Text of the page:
Wildland firefighters wanted for 2020
The Washington Department of Natural Resources will be accepting applications for wildland firefighters through Dec. 1.
Thirty new full-time positions will be offered this year along with hundreds of seasonal jobs that usually last three to four months, from mid-June to mid-September. Training, safety clothing and protective gear will be provided, with pay up to $53,904 a year for the full-time positions at DNR regions across the state.
Other duties outside of wildfire season will include helping with prescribed fires and wildfire risk assessments for communities and homes. Candidates for full-time positions must possess some prior knowledge of dealing with fires and will need to work with the public, sometimes under stressful situations.
Seasonal positions require no experience, but applicants must be at least 18 years old with a high school diploma or GED when hired and have a valid driver’s license with the ability to use a manual transmission vehicle. For more information and to apply, go to washingtondnr.wordpress.com.
Online Q&A with WDFW director rescheduled
Washington Department of Fish and Wildlife director Kelly Susewind will participate in an online Q&A with residents of Yakima, Kittitas, Benton and Franklin counties from 6-7 p.m. on December 4.
The opportunity to hear from Susewind and regional director Mike Livingston was postponed when the department said Susewind was too sick to participate in October. Updates will be shared on issues including land management and the Yakima Basin Integrated Plan, habitat projects, WDFW’s budget challenges, and local elk herds.
To learn more or to watch and ask questions, go to wdfw.wa.gov.
The Sunnyside Reservoir along Van Belle Road east of Sunnyside has been attracting quite a mix of waterfowl. This week there were large rafts of Canada and cackling geese that numbered in the hundreds as well as mallard, ring-necked duck, bufflehead, Barrow’s goldeneye, common merganser, and a common loon. The winter habitat of the common loons is primarily coastal marine, especially sheltered, relatively clear, food-rich waters such as bays, inlets, channels, and shoals. A few individuals winter inland on freshwater such as the irrigation reservoir if they remain ice-free.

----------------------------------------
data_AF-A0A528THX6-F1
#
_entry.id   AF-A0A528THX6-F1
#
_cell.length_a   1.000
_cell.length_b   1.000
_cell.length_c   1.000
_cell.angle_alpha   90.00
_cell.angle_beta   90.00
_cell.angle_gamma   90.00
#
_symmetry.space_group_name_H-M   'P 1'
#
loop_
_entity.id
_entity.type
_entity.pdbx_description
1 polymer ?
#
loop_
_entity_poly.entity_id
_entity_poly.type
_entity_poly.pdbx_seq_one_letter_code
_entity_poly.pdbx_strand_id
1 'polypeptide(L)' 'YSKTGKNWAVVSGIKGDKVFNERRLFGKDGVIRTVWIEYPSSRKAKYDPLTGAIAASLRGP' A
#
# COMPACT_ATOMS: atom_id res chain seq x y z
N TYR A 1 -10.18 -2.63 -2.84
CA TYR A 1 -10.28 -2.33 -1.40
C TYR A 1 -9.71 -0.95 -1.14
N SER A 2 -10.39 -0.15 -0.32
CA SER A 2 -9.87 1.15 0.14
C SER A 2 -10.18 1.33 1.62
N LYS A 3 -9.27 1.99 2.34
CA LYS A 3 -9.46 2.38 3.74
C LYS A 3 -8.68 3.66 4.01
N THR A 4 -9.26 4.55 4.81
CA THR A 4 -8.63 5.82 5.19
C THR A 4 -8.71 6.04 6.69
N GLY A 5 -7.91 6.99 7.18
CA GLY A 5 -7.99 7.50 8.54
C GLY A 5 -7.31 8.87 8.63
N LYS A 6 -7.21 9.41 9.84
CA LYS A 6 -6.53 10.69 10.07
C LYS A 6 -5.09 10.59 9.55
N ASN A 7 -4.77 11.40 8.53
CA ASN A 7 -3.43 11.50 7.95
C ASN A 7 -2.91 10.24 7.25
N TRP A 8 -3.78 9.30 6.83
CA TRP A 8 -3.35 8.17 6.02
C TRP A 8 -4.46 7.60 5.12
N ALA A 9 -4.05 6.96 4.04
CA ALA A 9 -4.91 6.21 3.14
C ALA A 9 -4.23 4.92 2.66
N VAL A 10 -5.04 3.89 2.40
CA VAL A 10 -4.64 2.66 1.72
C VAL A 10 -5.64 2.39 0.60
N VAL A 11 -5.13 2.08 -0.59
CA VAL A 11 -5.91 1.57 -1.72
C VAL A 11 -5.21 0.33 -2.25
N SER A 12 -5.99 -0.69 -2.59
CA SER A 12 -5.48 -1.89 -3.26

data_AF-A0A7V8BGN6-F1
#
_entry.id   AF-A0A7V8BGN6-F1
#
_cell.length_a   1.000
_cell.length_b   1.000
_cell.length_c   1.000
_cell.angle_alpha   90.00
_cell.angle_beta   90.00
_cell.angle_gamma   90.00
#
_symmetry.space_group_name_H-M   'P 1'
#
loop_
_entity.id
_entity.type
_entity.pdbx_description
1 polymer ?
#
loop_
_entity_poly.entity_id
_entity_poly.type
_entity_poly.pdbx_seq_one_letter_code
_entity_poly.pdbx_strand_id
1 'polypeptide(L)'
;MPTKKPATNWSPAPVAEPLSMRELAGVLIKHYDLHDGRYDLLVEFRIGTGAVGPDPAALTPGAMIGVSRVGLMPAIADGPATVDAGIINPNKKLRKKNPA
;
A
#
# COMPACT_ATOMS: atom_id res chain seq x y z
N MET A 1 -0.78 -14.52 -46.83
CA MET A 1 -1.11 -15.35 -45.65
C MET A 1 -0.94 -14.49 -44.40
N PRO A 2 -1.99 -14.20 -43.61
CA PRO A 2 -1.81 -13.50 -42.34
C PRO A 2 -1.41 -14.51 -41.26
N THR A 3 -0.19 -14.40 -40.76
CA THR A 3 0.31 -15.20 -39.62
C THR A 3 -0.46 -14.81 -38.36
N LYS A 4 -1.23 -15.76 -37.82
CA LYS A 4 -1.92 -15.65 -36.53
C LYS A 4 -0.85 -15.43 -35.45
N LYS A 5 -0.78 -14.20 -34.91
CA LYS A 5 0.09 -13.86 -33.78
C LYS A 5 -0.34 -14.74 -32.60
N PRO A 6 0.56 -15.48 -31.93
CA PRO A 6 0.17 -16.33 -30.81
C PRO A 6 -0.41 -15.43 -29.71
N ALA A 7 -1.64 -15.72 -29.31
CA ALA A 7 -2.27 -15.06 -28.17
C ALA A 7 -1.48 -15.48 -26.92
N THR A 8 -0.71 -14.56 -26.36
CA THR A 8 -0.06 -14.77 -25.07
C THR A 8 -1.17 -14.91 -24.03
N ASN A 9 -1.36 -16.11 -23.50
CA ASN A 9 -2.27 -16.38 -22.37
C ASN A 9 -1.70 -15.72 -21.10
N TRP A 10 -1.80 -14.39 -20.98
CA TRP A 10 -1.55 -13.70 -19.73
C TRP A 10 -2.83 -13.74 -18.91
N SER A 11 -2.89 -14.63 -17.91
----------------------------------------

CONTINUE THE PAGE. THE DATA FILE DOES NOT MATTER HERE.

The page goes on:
A short stop along the riparian area on Pom Pom Road on the Yakama Reservation turned up observations of an interesting mix of birds, including western screech-owl, pileated woodpecker, brown creeper, Pacific wren and Bewick’s wren. Nearby at Fort Simcoe, the resident Lewis’s woodpeckers were out in force with nearly 50 seen busily fluttering about the oak trees.
A hike up Waterworks Canyon turned up a good mix of birds including chukar, two golden eagles, Steller’s jay, canyon wren and a flock of around 100 gray-crowned rosy-finches.
A resident living just east of Fisher Park Golf Course tallied 20 species in his yard. Highlights included California quail, Eurasian collared-dove, Anna’s hummingbird, sharp-shinned hawk, Cooper’s hawk, California scrub-Jay, red-breasted nuthatch, pine siskin and American goldfinch.
ON THE CALENDAR
SATURDAY: Join Yakima Valley College faculty member Hillary Goodner for an interpretative walk through Cowiche Canyon, starting from the West/Weikel entrance at 10 a.m. Discussion will include the confluence of two vastly different episodes of Washington volcanism as well as how the landscape has changed over time. Bring water, wear sturdy shoes and dress for the weather.
SUNDAY: The Hard Core Runners Club will host its annual free Turkey Trot along the Yakima Greenway at Sarg Hubbard Park, starting at 1 p.m. Runners will predict their times and the male and female closest to their predicted times wins a turkey. Those furthest from their predicted times win turkey bologna.
WEDNESDAY: Washington Department of Fish and Wildlife regional wildlife program manager Scott McCorquodale will be the featured speaker at the Cascadians’ monthly meeting. He’ll discuss his work and experience as an avid hiker with an interest in photographing wildlife. The meeting starts at 7 p.m. at Meyer Auditorium at Living Care Retirement Center.
ALSO WEDNESDAY: The Cascadians will host a new member orientation at 5:45 p.m. in the Living Care Village East Room for new members or those curious about the group. The program will include a history of the club, details on its civic involvement, and the activities it hosts. Participants will receive details about group activities and a list of committee leaders with contact info. RSVP is required: email Darrell Patterson at Darrell.Darlito@gmail.com or call him at 503-984-1729.
THURSDAY, NOV. 28: The 10th annual Turkey Trot 5K walk/run with a costume contest and prizes will benefit local nonprofits Camp Prime time and the Yakima Greenway. The race starts at 9 a.m. with registration from 8 to 8:40. Entry fees are $25 for adults, $10 for youth 15 and under, or $22.50 for adult groups of four and $10 for youth groups. For more information and to register, go to the event’s Facebook page.
THURSDAY: The Cascadian Pathfinders will hike four miles with 1,200 feet of elevation gain at Waterworks Canyon. Call Lynne at 509-952-5059 for meeting time and place.
SATURDAY: Join the Cascadians for David’s Winter Walk No. 1, a usually easy-intermediate to intermediate hike (i.e. possible steep pitches, elevation gain of 1,500 feet or so, or travel over scree and talus) with a leisurely lunch. The group will leave at 8:30 a.m. from the Chesterley Park parking lot to go to a destination to be determined by the leader on the day of the hike, so come prepared for the weather. Drivers will most likely need a Discover Pass. Call David Hagen at 509-965-3697 with any questions.
TUESDAY: The Cascadian Free Spirits will hike eight miles with 300 feet of elevation gain along the Tieton River Nature Trail near Tieton, Green Trails map 305. Departure will be at 8 a.m. from the Chesterley Park parking lot.